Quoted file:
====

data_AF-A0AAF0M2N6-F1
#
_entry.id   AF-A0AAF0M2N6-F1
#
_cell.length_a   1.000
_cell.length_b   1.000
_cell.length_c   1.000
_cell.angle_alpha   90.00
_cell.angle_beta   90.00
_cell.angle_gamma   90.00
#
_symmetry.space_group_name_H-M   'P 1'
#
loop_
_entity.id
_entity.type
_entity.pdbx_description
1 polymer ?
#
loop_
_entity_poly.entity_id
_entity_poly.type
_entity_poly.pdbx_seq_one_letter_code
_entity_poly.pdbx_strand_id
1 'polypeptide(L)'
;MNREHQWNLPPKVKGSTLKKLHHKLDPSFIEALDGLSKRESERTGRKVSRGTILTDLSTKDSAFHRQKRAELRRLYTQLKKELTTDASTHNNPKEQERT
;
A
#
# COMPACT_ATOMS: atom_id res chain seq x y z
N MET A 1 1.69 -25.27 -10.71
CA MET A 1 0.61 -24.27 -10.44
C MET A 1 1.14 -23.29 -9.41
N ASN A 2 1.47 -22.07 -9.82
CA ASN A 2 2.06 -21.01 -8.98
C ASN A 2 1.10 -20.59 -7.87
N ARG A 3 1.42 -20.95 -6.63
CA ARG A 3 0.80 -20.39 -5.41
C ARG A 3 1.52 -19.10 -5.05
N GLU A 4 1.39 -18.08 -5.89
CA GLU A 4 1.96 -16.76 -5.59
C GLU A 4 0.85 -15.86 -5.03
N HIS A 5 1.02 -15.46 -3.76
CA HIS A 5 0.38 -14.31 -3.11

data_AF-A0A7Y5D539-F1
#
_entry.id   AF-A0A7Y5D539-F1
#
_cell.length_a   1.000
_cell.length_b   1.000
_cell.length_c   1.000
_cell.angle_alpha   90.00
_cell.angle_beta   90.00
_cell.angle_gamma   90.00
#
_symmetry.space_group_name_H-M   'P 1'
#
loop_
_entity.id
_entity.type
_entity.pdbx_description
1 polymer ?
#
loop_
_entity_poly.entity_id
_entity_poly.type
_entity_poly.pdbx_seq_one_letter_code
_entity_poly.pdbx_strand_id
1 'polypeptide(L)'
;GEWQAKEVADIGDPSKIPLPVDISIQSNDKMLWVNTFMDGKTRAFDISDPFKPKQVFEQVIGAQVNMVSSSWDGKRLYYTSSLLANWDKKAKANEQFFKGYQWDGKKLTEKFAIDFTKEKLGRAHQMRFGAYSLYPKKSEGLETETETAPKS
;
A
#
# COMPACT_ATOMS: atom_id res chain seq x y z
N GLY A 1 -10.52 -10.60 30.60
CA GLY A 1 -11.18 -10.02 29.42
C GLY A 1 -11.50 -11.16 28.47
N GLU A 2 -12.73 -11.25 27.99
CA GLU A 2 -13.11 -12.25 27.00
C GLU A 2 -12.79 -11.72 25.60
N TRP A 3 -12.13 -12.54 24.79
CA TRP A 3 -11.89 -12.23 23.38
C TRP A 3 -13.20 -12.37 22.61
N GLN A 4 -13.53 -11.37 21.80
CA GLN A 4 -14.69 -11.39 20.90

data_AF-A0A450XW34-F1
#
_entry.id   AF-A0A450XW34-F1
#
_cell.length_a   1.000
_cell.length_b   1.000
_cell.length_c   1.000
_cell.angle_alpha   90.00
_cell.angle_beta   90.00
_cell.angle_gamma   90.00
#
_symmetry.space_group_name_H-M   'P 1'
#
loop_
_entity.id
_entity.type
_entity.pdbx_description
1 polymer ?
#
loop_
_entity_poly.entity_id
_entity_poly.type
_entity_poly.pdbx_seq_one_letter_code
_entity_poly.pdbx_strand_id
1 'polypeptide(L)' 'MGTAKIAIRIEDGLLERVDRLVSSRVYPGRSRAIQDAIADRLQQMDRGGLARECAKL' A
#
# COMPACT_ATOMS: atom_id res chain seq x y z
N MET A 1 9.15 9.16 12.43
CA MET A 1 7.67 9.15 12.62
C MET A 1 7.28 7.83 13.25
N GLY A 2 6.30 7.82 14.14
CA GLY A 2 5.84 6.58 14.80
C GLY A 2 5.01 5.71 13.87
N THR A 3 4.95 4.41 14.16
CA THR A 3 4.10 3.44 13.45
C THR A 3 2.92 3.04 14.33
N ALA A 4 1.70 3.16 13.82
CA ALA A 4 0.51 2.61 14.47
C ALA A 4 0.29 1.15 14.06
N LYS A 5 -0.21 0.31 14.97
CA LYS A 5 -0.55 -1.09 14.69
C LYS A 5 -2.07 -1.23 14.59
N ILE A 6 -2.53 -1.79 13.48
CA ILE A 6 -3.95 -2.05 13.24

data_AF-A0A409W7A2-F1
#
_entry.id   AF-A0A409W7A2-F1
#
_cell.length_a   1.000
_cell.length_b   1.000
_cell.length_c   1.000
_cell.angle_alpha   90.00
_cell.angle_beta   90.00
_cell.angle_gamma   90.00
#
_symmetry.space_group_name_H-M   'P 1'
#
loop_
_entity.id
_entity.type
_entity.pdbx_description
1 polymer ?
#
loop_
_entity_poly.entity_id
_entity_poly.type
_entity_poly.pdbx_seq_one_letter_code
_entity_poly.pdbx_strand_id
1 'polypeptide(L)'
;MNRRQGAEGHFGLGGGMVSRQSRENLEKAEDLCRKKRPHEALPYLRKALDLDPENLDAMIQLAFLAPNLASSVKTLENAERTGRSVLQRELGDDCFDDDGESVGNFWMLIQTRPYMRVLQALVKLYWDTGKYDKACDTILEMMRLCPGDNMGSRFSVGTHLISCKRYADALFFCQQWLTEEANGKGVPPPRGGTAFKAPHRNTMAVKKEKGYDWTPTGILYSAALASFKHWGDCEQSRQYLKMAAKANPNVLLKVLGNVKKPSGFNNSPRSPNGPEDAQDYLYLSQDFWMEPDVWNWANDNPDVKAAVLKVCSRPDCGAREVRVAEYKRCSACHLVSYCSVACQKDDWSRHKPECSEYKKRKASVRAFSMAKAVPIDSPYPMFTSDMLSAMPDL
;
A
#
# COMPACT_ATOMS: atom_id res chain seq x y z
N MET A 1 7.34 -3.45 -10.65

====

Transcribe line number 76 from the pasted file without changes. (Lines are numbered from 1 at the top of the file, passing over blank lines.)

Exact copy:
CA GLY A 1 -11.18 -10.02 29.42